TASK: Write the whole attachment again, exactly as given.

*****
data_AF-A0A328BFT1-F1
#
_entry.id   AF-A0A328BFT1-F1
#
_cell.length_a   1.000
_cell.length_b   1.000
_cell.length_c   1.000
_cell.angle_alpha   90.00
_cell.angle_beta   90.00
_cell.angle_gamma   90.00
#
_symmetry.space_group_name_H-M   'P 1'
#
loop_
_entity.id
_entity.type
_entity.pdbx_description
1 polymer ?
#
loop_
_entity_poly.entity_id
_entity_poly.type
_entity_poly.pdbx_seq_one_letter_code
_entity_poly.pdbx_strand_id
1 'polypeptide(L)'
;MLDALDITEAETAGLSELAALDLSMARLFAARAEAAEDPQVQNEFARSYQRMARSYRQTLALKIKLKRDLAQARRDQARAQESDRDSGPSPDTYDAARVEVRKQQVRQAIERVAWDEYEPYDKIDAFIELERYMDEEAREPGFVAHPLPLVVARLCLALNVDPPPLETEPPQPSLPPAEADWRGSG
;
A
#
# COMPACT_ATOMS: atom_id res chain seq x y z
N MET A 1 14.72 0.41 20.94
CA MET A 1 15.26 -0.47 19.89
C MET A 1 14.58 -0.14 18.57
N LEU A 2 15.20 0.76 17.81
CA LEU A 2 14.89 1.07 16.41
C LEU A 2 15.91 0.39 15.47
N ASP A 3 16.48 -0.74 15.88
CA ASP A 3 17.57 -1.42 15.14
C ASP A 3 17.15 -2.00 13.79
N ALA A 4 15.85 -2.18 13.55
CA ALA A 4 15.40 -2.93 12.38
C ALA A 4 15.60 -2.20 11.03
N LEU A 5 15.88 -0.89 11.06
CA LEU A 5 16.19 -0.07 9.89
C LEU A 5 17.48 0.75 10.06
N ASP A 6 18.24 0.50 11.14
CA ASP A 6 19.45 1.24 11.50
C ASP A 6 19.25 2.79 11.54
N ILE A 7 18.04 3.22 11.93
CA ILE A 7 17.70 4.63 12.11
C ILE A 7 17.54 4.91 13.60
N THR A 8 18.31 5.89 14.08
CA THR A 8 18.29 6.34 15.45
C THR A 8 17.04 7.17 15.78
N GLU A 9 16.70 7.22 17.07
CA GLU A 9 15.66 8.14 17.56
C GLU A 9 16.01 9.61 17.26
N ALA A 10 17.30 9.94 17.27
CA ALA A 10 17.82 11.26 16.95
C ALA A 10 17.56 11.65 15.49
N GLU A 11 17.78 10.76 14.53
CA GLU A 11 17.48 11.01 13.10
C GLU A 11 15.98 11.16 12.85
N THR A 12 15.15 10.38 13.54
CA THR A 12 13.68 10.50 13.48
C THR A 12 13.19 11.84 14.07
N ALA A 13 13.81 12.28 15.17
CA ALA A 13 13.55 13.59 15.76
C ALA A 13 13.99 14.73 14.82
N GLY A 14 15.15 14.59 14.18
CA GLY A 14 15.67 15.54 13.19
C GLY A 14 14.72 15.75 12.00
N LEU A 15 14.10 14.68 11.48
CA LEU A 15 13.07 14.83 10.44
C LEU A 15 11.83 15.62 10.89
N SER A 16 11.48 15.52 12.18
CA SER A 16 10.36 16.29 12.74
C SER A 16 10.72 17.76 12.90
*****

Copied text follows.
data_AF-A0A328BFT1-F1
#
_entry.id   AF-A0A328BFT1-F1
#
_cell.length_a   1.000
_cell.length_b   1.000
_cell.length_c   1.000
_cell.angle_alpha   90.00
_cell.angle_beta   90.00
_cell.angle_gamma   90.00
#
_symmetry.space_group_name_H-M   'P 1'
#
loop_
_entity.id
_entity.type
_entity.pdbx_description
1 polymer ?
#
loop_
_entity_poly.entity_id
_entity_poly.type
_entity_poly.pdbx_seq_one_letter_code
_entity_poly.pdbx_strand_id
1 'polypeptide(L)'
;MLDALDITEAETAGLSELAALDLSMARLFAARAEAAEDPQVQNEFARSYQRMARSYRQTLALKIKLKRDLAQARRDQARAQESDRDSGPSPDTYDAARVEVRKQQVRQAIERVAWDEYEPYDKIDAFIELERYMDEEAREPGFVAHPLPLVVARLCLALNVDPPPLETEPPQPSLPPAEADWRGSG
;
A
#
# COMPACT_ATOMS: atom_id res chain seq x y z
N MET A 1 14.72 0.41 20.94
CA MET A 1 15.26 -0.47 19.89
C MET A 1 14.58 -0.14 18.57
N LEU A 2 15.20 0.76 17.81
CA LEU A 2 14.89 1.07 16.41
C LEU A 2 15.91 0.39 15.47
N ASP A 3 16.48 -0.74 15.88
CA ASP A 3 17.57 -1.42 15.14
C ASP A 3 17.15 -2.00 13.79
N ALA A 4 15.85 -2.18 13.55
CA ALA A 4 15.40 -2.93 12.38
C ALA A 4 15.60 -2.20 11.03
N LEU A 5 15.88 -0.89 11.06
CA LEU A 5 16.19 -0.07 9.89
C LEU A 5 17.48 0.75 10.06
N ASP A 6 18.24 0.50 11.14
CA ASP A 6 19.45 1.24 11.50
C ASP A 6 19.25 2.79 11.54
N ILE A 7 18.04 3.22 11.93
CA ILE A 7 17.70 4.63 12.11
C ILE A 7 17.54 4.91 13.60
N THR A 8 18.31 5.89 14.08
CA THR A 8 18.29 6.34 15.45
C THR A 8 17.04 7.17 15.78
N GLU A 9 16.70 7.22 17.07
CA GLU A 9 15.66 8.14 17.56
C GLU A 9 16.01 9.61 17.26
N ALA A 10 17.30 9.94 17.27
CA ALA A 10 17.82 11.26 16.95
C ALA A 10 17.56 11.65 15.49
N GLU A 11 17.78 10.76 14.53
CA GLU A 11 17.48 11.01 13.10
C GLU A 11 15.98 11.16 12.85
N THR A 12 15.15 10.38 13.54
CA THR A 12 13.68 10.50 13.48
C THR A 12 13.19 11.84 14.07
N ALA A 13 13.81 12.28 15.17
CA ALA A 13 13.55 13.59 15.76
C ALA A 13 13.99 14.73 14.82
N GLY A 14 15.15 14.59 14.18
CA GLY A 14 15.67 15.54 13.19
C GLY A 14 14.72 15.75 12.00
N LEU A 15 14.10 14.68 11.48
CA LEU A 15 13.07 14.83 10.44
C LEU A 15 11.83 15.62 10.89
N SER A 16 11.48 15.52 12.18
CA SER A 16 10.36 16.29 12.74
C SER A 16 10.72 17.76 12.90